Severe weather, rising seas, and other consequences of global climate change are affecting the way people live, work, and move around the planet. While there is no clear, direct line between the impacts of climate change and changing human movement, there are indications that the warming planet is indirectly creating or altering patterns of migration. Our podcast Changing Climate, Changing Migration dives deep into the intersection of climate change and migration to separate fact from fiction.
Vietnamese immigrants are among the largest foreign-born groups from Asia in the United States. The first significant arrivals came at the end of the Vietnam War; more recent immigrants from Vietnam have been more likely to come through family sponsorship programs. This article examines different dimensions of this immigrant population.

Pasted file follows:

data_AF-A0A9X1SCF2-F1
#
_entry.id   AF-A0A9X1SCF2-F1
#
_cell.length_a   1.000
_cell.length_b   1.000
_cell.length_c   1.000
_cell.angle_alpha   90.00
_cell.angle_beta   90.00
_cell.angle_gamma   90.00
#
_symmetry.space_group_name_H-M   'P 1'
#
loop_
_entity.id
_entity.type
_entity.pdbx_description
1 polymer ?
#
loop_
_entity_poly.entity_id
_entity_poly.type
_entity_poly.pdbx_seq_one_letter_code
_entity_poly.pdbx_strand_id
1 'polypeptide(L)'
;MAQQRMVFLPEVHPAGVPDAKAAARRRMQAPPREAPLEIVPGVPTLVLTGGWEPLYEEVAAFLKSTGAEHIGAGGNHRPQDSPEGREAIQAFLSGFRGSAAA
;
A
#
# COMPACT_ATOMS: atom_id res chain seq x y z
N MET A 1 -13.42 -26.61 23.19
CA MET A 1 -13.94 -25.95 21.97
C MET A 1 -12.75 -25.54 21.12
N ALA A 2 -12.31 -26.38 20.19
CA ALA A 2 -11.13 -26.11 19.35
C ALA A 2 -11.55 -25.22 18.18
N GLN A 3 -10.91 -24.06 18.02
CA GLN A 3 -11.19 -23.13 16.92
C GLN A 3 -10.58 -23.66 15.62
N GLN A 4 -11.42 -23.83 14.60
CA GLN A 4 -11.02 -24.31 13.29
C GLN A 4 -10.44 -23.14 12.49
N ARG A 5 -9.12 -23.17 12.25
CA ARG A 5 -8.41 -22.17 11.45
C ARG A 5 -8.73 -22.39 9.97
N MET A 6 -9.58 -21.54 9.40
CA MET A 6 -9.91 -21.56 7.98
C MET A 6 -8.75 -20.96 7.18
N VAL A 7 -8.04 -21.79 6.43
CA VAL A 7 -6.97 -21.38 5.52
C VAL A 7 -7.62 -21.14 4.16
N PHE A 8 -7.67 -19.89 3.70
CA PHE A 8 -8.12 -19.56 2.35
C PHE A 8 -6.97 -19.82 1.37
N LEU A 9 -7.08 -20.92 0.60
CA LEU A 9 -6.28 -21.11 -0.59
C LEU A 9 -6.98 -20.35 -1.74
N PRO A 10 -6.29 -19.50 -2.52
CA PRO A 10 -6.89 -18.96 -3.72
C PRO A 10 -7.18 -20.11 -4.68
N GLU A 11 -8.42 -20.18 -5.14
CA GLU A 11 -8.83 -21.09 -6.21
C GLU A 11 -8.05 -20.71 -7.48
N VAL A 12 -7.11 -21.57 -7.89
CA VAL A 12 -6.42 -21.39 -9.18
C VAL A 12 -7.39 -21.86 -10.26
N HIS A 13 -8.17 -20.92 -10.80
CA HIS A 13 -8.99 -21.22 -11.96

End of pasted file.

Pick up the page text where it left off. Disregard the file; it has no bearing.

In 1980, more than 2.5 million Ethiopian refugees lived in other countries. Now, Ethiopians are more likely to migrate for labor reasons, particularly to the Middle East and southern Africa, and meanwhile the country has become a refuge for humanitarian migrants from its neighbors. This article traces the history of migration from, to, and through Ethiopia.
The chaotic arrival of thousands of Haitians at the U.S.-Mexico border in September 2021 was the culmination of a journey through the Americas that began for many a decade ago. This article examines how Brazil became a refuge for many after Haiti’s devastating 2010 earthquake, and how Haitians then moved on to Chile and other countries as conditions changed, and then onward again further north.